I wasn’t asked if I wanted a job, I was told.  I didn’t even think to protest.  What I did know was that I wasn’t getting an allowance like most of my classmates and that my brothers and I didn’t wear shoes during the summer months off from school because it was too expensive.  I would be earning MONEY.  I knew that.  Up until this time I earned a a nickel here and there running errands to the grocery store for my relatives who lived in the same apartment building we lived in on Washington Avenue in Downingtown.  Once in a great while one of my uncle would give me a whole quarter for running an errand to the grocer store.  Now as a paper boy I would be earning BIG MONEY….up to $5.00 a week!

She told me a Mrs. Lindermann would come over to our second floor apartment at 120 Washington Avenue to explain to me what I had to do.  Mrs. Lindermann arrived on a hot and humid August night (no air conditioning in the Fifties – we didn’t notice).  She told me that I would pick up my newspapers (The Philadelphia Evening Bulletin) at the Sam Charles News stand, which was located on Lancaster Avenue, the main road through Downingtown.  This was only a few blocks away from where we lived in the center of Downingtown.  I would also be delivering a few copies of the local newspaper but the bulk of my deliveries would be the Philadelphia Evening Bulletin, about 60 copies.  I would pick up these papers after school.

She gave me a small, hand-size three ring binder. This notebook contain a monthly grid of individual sheets of the customers I was to deliver the newspapers too.  Each sheet had the customers’ address and which paper was to be delivered to them.  There was also an amount listing what I was to collect from the customer once a week.  She turned over this binder of customers’ names and addresses to me.  At ten years old I had my first Real Job.  I now had responsibility.  I felt grown up.  It felt good.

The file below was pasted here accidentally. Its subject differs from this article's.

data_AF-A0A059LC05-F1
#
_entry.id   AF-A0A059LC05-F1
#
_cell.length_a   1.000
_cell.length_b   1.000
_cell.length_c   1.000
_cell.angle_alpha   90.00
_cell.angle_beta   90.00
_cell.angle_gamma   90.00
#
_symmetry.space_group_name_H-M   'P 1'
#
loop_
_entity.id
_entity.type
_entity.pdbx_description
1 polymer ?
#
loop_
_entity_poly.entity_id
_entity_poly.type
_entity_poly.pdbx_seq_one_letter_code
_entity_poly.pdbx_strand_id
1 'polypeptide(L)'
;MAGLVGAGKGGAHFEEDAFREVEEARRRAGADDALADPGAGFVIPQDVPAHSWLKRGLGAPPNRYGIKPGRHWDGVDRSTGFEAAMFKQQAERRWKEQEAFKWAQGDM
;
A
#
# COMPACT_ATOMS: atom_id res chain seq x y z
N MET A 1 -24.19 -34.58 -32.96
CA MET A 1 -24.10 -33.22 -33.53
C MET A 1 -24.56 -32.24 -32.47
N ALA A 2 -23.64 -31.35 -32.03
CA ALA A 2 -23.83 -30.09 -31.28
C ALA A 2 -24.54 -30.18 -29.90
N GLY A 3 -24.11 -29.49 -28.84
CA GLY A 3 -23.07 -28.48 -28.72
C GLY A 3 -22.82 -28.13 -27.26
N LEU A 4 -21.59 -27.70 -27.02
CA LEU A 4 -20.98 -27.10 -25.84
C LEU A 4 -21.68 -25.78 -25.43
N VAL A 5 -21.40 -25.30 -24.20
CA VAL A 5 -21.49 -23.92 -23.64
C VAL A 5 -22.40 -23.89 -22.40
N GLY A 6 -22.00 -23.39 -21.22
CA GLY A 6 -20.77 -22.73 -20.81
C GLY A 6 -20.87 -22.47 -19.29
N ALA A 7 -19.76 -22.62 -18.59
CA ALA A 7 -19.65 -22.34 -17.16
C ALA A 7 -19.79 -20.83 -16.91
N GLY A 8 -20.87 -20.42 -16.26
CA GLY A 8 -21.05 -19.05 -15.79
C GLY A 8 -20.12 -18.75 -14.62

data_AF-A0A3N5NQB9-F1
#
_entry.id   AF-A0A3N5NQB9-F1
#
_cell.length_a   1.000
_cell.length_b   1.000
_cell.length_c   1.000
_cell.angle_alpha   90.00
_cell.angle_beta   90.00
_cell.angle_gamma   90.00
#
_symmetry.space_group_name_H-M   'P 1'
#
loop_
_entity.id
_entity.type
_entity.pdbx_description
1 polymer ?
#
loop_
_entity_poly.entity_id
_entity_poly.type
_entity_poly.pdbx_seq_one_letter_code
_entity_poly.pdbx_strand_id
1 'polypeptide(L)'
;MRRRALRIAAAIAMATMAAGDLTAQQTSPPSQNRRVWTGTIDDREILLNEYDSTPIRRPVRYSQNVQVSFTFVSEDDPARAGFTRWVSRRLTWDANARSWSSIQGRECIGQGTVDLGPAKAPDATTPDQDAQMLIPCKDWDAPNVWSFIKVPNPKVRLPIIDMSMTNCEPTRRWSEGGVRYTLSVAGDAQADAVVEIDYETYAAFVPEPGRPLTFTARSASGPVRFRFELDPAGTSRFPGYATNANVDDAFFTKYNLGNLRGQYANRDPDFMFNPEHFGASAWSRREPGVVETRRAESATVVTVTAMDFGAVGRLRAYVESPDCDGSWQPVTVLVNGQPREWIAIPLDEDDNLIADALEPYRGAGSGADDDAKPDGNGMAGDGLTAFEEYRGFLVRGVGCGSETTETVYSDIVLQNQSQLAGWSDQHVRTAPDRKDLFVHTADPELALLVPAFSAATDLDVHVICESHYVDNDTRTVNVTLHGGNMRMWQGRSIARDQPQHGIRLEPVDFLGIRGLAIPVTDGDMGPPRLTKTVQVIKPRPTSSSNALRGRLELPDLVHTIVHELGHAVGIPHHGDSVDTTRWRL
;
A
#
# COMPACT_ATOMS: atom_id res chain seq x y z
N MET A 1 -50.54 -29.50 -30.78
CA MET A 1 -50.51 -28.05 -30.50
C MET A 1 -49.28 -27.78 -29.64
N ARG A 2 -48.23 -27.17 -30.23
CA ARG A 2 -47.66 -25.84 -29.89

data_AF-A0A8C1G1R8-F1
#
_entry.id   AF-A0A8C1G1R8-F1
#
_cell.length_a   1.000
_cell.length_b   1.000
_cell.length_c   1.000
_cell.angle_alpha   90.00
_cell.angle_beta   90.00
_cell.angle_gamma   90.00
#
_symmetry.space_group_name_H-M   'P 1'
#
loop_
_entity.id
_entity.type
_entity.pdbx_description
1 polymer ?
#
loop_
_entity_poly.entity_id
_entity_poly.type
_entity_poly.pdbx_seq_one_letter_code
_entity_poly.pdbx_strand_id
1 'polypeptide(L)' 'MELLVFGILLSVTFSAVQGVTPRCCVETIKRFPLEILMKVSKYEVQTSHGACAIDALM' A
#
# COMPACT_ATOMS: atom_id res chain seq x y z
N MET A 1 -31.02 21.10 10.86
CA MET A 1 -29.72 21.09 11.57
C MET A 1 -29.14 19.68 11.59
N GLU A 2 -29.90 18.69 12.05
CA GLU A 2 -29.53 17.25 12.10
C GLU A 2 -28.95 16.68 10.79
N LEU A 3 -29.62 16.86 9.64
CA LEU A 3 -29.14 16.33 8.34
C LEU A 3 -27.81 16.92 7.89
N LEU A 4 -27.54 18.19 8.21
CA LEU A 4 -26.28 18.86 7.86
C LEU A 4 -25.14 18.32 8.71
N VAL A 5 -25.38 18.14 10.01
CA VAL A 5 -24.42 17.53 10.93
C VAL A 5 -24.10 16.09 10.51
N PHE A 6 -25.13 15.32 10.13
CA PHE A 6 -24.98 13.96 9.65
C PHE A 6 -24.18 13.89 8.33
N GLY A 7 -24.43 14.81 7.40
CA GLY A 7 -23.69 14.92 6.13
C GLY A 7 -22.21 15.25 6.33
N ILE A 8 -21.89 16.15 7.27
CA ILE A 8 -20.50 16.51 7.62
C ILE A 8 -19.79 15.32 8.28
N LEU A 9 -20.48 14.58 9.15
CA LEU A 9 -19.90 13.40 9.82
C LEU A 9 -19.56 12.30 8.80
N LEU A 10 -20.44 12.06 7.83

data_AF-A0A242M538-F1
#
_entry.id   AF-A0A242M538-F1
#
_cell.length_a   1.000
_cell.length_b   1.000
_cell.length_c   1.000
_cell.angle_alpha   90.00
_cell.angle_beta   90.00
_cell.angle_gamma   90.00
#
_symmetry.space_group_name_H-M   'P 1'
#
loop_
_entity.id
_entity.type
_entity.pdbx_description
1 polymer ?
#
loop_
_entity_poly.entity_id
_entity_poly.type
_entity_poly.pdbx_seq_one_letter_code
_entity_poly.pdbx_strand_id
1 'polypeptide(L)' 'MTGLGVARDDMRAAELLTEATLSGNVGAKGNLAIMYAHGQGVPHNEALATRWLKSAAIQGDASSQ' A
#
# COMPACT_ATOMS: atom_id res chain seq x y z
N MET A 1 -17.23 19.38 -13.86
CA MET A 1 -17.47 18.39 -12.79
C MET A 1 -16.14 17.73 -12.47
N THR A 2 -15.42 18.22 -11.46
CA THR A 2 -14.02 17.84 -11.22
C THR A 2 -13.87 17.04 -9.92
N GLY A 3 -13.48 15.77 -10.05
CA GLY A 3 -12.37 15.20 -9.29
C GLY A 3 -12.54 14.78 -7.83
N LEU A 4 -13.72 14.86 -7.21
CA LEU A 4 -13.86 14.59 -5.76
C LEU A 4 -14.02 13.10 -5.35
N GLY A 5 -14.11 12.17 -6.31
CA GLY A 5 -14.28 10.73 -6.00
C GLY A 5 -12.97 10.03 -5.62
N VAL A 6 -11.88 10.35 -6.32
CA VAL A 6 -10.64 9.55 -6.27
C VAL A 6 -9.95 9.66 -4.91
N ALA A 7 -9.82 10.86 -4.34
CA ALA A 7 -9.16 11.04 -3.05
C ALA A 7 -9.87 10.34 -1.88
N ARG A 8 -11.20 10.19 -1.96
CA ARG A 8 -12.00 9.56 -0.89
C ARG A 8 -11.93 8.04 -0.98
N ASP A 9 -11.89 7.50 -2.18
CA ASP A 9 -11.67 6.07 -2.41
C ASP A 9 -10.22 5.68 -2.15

I was a paperboy from third grade until I entered ninth grade, from ten years old to fifteen years old.  Believe it or not the main reason I quit the paperboy job was that I thought I was too big to ride a bicycle.  Remember, back in the Fifties only kids rode bicycles.

I can honestly say from my vantage point now, that paperboy job was the best job I ever had in my life.  The best.  I was on my own, I was out in the fresh air, I got to meet and interact with people (which I love and do to this day as I do at my part-time job as a hotel front desk clerk), and I made money.  If there was any downside at all (and I didn’t and never did consider it a downside) was that I didn’t have time for extra-circular activities at school.  While the rest of my classmates were spending their allowances and getting into trouble or just being bored, I had something to do after school, deliver papers.  And oh the experiences I had delivering those newspapers,  something which I will write about in future blogs.

I don’t have any pictures of me delivering papers but I do have a picture of me on my bike that I delivered newspapers.  My trusty, dependable bike that got me through many a day; hot, cold, windy, snow, rain.